What Happens When You Can't Pay Your Mortgage?

No matter how bad your finances get, keeping a roof over your head is your first priority. As soon as you become concerned about your ability to make mortgage payments, get help. Your lender may be able to refinance or modify your mortgage so that you can continue to make payments. Remember: If you stop paying your mortgage, you'll eventually lose your home to foreclosure.

Your Lender Will Contact You

When you miss a mortgage payment, you'll probably get a phone call or letter from your mortgage company. If you are having financial trouble, this is a good time to be up front with your lender and try and work out a way to keep your home. If you are in serious debt, you may want to talk to a bankruptcy lawyer. Some bankruptcy options can help you deal with your debt while avoiding foreclosure.

You'll Get a Demand Letter

After two or more missed payments, your lender will send you a demand notice. You'll typically have 30 days in which to bring your mortgage current, or the lender will begin foreclosure proceedings. You may still be able to work with your lender to either save your home or avoid foreclosure by agreeing to a short sale, but you need to be proactive. Contact your lender and, if necessary, speak to a housing counselor or attorney to learn about your rights.

Foreclosure Sale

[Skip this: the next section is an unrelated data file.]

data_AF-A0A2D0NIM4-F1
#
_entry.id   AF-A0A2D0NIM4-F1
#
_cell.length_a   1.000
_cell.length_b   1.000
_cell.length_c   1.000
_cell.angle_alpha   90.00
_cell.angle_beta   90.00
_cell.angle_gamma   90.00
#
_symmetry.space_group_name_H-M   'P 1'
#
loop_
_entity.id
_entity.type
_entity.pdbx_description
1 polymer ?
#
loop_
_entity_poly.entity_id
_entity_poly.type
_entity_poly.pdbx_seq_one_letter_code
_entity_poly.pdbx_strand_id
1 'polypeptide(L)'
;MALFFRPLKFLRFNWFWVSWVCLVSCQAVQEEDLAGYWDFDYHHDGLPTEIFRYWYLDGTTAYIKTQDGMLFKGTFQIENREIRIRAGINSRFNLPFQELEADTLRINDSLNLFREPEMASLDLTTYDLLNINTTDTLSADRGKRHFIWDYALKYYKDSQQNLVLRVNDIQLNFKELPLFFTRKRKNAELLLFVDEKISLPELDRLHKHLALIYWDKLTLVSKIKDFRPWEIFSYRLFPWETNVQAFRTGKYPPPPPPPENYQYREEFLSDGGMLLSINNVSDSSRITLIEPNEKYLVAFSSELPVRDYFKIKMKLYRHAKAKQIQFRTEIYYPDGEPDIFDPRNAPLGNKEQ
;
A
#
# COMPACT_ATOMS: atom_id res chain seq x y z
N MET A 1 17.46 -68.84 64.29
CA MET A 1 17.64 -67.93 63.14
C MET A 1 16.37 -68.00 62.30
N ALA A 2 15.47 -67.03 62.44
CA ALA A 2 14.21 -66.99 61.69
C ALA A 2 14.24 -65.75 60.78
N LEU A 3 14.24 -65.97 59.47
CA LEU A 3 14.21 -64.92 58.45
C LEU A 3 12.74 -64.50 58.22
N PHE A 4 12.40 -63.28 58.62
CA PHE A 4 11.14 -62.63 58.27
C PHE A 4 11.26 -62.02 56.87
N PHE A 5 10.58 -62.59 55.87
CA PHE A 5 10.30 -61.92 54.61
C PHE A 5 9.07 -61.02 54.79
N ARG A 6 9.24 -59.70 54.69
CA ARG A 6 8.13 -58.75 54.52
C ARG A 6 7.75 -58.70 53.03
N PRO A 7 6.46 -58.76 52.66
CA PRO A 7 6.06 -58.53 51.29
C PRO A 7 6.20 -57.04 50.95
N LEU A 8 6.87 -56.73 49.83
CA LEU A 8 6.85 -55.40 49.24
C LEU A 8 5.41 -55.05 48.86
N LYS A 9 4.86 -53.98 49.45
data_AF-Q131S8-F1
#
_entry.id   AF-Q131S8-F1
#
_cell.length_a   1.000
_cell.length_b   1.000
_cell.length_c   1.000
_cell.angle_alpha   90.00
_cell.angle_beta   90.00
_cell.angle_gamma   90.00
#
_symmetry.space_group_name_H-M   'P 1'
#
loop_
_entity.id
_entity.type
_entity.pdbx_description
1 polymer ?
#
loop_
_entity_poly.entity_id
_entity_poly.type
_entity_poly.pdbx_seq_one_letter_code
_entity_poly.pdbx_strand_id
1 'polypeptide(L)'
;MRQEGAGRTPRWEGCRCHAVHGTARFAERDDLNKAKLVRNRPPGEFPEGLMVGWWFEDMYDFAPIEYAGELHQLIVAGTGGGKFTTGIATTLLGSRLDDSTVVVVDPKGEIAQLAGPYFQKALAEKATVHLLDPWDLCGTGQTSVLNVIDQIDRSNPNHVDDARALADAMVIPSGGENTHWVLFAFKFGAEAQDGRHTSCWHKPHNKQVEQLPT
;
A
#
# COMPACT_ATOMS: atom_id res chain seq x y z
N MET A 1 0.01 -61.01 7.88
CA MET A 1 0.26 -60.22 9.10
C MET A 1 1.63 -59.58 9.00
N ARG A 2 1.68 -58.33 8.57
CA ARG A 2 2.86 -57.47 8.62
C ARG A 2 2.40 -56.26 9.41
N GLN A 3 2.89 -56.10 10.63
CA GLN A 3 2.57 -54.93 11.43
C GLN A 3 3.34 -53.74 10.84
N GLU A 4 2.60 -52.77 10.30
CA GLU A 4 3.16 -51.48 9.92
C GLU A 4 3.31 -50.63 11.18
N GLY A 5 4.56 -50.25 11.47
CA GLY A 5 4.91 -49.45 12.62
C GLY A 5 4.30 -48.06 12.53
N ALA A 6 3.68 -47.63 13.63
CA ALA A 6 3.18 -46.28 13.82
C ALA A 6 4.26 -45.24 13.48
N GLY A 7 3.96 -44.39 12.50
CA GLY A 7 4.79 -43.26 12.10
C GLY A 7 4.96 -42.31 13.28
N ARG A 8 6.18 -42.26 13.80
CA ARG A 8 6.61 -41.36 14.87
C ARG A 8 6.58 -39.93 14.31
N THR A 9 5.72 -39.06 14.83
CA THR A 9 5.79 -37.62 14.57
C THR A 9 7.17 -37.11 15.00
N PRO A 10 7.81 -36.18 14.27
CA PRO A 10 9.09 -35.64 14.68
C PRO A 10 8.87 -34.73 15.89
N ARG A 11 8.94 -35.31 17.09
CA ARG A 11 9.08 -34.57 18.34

Depending on where you live, your lender may be able to foreclose on your home within only a few months after you default on your mortgage. You'll lose your home and your lender, or the home's new owner, will eventually evict you, though it may take months before the eviction process begins. However, some states offer a redemption period after a foreclosure sale that can let you pay what you owe or get your home back. Some mortgage lenders may even offer you the opportunity to rent your home until a buyer can be found.

Credit Consequences

A foreclosure may be the worst thing that can show up on your credit report. Even though a Chapter 7 bankruptcy can stay on your report for 10 years, as opposed to seven years for foreclosure, foreclosure may cause you more trouble. A foreclosure on your report says that your situation got so bad that you lost your home. Even if the circumstances were out of your control, this can be a big red flag to lenders, employers and landlords.

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About the Author

Lainie Petersen writes about business, real estate and personal finance, drawing on 25 years experience in publishing and education. Petersen's work appears in Money Crashers, Selling to the Masses, and in Walmart News Now, a blog for Walmart suppliers. She holds a master's degree in library science from Dominican University.